How to do many to many relationships with Phoenix Contexts?

I have a newbie question, but I think it’s tangentially relevant to the discussion as it’s not obvious how to do it, even from the Phoenix documentation.

A many-to-many relationship. A user has many chat rooms. A chat room has many users.

In SQL, this requires another table user_room. I would normally create this as a model, and then on my user model, add:
many_to_many :users, User, join_through: "user_rooms"

The question is:

  • In the world of contexts, where do I put user_room, and why?
  • If I’m joining tables in Ecto, is that really separate?
1 Like

One thing that doesn’t seem to get emphasized enough is that Phoenix Contexts are primarily about cleaning up the controller code and getting domain logic out of the controllers. Compare from

Programming Phoenix

defmodule Rumbl.UserController do
  use Rumbl.Web, :controller

  def index(conn, _params) do
    users = Repo.all(Rumbl.User) # accessing the Ecto repo directly
    render conn, "index.html", users: users

to Programming Phoenix 1.4

defmodule RumblWeb.UserController do
  use RumblWeb, :controller

  alias Rumbl.Accounts

  def index(conn, _params) do
    users = Accounts.list_users() # here it's up to the Accounts context to figure out where the data comes from
    render(conn, "index.html", users: users)

From that perspective it’s OK to start with one context. Once domain logic starts piling up in your first context module you’ll probably have a much better idea how to break out additional contexts.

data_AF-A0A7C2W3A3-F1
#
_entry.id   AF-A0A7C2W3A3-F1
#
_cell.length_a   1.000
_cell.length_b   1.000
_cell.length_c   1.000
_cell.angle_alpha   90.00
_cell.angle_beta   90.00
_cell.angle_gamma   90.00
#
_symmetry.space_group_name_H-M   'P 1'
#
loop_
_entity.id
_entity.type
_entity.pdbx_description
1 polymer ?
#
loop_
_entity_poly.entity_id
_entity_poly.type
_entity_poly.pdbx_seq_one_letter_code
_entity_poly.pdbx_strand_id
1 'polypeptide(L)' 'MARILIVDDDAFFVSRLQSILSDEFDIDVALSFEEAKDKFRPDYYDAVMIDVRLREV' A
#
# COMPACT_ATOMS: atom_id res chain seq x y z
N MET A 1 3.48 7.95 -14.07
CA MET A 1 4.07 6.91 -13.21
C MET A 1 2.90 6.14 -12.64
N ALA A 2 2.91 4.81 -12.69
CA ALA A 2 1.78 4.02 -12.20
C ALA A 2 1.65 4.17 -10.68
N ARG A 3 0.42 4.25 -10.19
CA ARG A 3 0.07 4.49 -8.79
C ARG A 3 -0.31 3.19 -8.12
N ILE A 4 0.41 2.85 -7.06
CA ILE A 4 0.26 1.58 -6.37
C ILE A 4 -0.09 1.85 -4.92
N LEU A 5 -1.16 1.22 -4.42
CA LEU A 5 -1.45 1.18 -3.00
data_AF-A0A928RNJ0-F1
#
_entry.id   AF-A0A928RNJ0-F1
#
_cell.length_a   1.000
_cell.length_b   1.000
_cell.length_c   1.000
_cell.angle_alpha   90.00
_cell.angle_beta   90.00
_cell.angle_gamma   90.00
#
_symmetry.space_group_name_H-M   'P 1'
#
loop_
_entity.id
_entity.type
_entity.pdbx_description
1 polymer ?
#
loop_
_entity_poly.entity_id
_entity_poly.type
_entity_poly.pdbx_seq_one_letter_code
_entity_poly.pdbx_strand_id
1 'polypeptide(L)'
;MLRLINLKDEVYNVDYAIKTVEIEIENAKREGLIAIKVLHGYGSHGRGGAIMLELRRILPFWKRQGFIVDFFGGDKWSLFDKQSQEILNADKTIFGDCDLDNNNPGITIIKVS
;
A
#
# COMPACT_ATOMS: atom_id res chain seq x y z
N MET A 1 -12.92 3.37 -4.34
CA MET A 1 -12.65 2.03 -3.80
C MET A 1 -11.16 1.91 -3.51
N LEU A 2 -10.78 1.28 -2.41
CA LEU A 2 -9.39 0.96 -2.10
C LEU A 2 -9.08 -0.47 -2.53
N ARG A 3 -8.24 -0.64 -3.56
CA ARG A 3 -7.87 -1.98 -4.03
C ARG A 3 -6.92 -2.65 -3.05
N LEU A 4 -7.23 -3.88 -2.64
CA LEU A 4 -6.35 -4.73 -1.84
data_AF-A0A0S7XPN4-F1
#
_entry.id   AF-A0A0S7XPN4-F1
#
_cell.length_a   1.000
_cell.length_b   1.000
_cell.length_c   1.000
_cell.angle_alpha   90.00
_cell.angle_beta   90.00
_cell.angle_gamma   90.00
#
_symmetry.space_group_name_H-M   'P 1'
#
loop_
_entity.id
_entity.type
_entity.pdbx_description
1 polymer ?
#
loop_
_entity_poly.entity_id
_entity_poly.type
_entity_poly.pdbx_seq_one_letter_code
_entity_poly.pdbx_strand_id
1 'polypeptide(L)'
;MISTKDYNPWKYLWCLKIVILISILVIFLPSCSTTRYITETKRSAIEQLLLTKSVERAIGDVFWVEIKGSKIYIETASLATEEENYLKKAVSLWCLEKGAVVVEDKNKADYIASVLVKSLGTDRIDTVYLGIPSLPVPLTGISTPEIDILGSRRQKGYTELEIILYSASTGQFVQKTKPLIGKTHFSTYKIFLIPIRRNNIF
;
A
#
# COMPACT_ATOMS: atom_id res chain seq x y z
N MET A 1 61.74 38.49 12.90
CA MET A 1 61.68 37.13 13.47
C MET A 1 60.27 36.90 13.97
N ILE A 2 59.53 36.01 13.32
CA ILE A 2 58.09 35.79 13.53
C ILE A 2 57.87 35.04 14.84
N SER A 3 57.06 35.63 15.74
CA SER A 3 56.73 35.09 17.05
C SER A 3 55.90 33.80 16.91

When it comes to Bounded Contexts you need a lot more domain information and understanding up front in order to make some good decisions. Ideally each bounded context would have data autonomy i.e. it’s own database (separate Ecto repo) so you wouldn’t be using Ecto joins any way.

programming-phoenix-1-4_b2_0 p.73:

Sometimes it may be tricky to determine if two resources belong to the same context or not. In those cases, prefer distinct contexts per resource and refactor later if necessary. Otherwise you can easily end-up with large contexts of loosely related entities. In other words: if you are unsure, you should prefer explicit modules (contexts) between resources.


Chris McCord warns about premature extraction - i.e. it’s all about tradeoffs



Since its just an association table you probably do not even need a Schema for it. As you’ve written it, none is required. So there is nothing to put in a context. If you ended up with attributes on that association, probably the nature of the attributes would tell you the appropriate context. I’d guess it belongs in the same context as Rooms though, as User will likely be related to entities all over the app.

That is done inside the schema files for the models you are trying to link. The context handles mostly controller logic like CRUD, which you will need to update to work with the new relation.

If you’re interested in a example, this is one of the better ones: